Farm-to-school efforts prosper
Federal grants aimed to help buy local food for schools
By TIM HEARDEN
DAVIS, Calif. -- The West's strong track record of linking its agriculture with local schools is why California, Oregon, Washington and Idaho fared well in the first-ever federal Farm to School grants, an advocate for the program says.
The four states combined to gather $850,297 of the $4.5 million in grants the USDA announced Nov. 14. The 13 grants headed West include $100,000 to an organization to distribute local produce to schools in the San Francisco Bay area and $95,539 to the Washington State Department of Agriculture for regional "mobile tours" involving producers and school food service directors.
The grants will help local food get into schools, which will benefit farmers as well as students who will eat healthier meals, said Helen Dombalis, policy associate for the National Sustainable Agriculture Coalition in Washington, D.C.
"The West Coast did really well this first grant cycle," Dombalis told the Capital Press. "The nice thing is these grants not only provide opportunities where farm-to-school programs are not up and running, but they also keep programs going or help to improve a program that wants to take the next step."
California was among the nation's leaders with six grants worth $335,884, including five to school districts. The $100,000 grant was to the Davis-based Community Alliance for Family Farmers, which has combined the efforts of farmers and urban activists since it was formed in 1978, according to its website.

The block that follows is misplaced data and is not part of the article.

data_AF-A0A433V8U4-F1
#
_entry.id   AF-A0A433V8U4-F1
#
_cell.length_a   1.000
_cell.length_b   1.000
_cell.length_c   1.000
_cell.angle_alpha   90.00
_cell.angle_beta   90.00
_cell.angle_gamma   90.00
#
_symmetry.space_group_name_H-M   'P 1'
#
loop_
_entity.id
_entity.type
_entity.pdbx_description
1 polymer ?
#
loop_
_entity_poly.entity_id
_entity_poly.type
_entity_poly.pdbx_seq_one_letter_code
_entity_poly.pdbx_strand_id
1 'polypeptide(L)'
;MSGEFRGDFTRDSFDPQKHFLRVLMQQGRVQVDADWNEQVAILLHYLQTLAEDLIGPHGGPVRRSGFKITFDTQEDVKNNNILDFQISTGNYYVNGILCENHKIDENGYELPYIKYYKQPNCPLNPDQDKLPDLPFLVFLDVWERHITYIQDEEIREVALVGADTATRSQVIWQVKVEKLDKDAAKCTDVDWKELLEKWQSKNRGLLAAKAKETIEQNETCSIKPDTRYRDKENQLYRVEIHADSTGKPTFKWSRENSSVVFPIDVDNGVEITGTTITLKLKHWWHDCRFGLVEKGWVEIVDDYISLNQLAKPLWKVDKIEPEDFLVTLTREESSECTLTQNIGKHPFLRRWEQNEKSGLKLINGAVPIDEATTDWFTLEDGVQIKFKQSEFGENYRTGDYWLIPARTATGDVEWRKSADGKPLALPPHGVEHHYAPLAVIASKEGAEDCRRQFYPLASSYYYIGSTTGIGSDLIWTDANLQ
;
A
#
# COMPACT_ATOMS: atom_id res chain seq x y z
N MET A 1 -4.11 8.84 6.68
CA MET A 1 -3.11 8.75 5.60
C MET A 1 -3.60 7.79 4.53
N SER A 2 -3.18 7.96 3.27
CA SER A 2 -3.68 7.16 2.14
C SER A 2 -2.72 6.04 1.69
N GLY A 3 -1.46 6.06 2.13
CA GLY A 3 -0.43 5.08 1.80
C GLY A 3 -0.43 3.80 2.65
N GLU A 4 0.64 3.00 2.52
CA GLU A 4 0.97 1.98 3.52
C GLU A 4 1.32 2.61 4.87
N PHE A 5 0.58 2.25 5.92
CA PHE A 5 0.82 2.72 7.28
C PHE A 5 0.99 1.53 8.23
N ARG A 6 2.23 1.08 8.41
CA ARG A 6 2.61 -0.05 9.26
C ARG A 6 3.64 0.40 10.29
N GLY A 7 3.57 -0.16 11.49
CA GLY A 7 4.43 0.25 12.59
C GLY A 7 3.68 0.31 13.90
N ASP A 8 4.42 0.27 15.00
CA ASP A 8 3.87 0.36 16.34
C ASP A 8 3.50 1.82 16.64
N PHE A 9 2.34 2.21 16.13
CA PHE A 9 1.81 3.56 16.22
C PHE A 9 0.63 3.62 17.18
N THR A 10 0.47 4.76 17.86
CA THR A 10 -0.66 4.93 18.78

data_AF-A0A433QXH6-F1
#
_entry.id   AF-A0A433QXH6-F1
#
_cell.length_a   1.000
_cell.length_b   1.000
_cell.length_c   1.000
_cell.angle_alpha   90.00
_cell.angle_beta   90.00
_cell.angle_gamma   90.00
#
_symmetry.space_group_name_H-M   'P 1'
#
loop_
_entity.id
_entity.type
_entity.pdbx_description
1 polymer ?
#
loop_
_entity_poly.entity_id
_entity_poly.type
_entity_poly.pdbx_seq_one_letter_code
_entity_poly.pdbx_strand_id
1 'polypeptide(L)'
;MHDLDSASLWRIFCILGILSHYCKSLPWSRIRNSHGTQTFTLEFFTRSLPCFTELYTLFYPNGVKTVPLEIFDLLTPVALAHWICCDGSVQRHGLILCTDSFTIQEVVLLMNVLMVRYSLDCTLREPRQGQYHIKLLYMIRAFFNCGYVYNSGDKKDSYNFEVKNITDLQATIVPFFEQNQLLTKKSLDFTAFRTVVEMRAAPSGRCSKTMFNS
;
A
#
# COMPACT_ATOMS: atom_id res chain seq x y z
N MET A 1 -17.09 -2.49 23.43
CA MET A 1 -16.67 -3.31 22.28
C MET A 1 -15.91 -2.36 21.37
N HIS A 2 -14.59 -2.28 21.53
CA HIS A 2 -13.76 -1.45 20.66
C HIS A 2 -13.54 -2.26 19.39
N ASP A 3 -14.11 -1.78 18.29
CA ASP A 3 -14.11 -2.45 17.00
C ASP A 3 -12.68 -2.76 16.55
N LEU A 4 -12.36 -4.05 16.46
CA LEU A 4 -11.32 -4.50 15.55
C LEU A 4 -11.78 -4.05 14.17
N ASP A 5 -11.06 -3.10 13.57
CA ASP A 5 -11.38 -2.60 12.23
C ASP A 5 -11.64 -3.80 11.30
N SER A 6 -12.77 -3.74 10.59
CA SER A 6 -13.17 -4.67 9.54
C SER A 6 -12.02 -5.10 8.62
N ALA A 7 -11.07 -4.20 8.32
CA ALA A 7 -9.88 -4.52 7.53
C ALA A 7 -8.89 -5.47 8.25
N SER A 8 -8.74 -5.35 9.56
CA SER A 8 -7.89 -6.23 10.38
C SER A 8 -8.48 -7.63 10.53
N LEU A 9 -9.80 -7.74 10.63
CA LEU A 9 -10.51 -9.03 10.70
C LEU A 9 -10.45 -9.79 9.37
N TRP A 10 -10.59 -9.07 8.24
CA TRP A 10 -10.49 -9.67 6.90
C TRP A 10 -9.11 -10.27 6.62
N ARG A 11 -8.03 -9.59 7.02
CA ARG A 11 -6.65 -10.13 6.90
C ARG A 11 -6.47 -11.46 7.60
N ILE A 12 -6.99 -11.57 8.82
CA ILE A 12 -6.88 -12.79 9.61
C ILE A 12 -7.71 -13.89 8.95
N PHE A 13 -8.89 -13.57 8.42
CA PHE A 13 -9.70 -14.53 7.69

The grant will enable CAFF to work with a local distributor to create a new line of local produce, making it easier for schools in Sonoma County to source products through current distribution channels, the USDA explained in a news release.
"After nearly a decade of working on farm-to-school programs, we are thrilled to now have the resources to build a sustainable program that can benefit students and growers across the entire county," regional food systems director Diana Abellera said in a statement.
Among other Golden State recipients, the Chico Unified School District is getting $44,555 to hire a coordinator to integrate its existing farm-to-school activities. The coordinator will work with vendors, growers, teachers and officials in California State University-Chico's Center for Nutrition and Activity Promotion, the district wrote in its grant proposal.
The USDA also awarded $90,289 to the Ventura Unified School District, $32,871 to the Julian Unified School District, $43,920 to the Lemon Grove School District and $24,294 to the Lynwood Unified School District.
In the Pacific Northwest, the USDA handed out $192,205 for two projects in Oregon, $236,538 for three projects in Washington and $95,670 for two projects in Idaho.
The WSDA, for instance, will bring agricultural producers and food service professionals together for tours to learn about agricultural specialties and identify opportunities for partnerships, according to the federal government's release.
"That's what farm-to-school is really about, which is getting local food into schools," Dombalis said. "In this obesity and diet-related disease epidemic we're in, a farm-to-school program not only boosts economic development but also boosts public health."
USDA Farm to School: http://www.fns.usda.gov/cnd/f2s/
National Sustainable Agriculture Coalition: http://sustainableagriculture.net/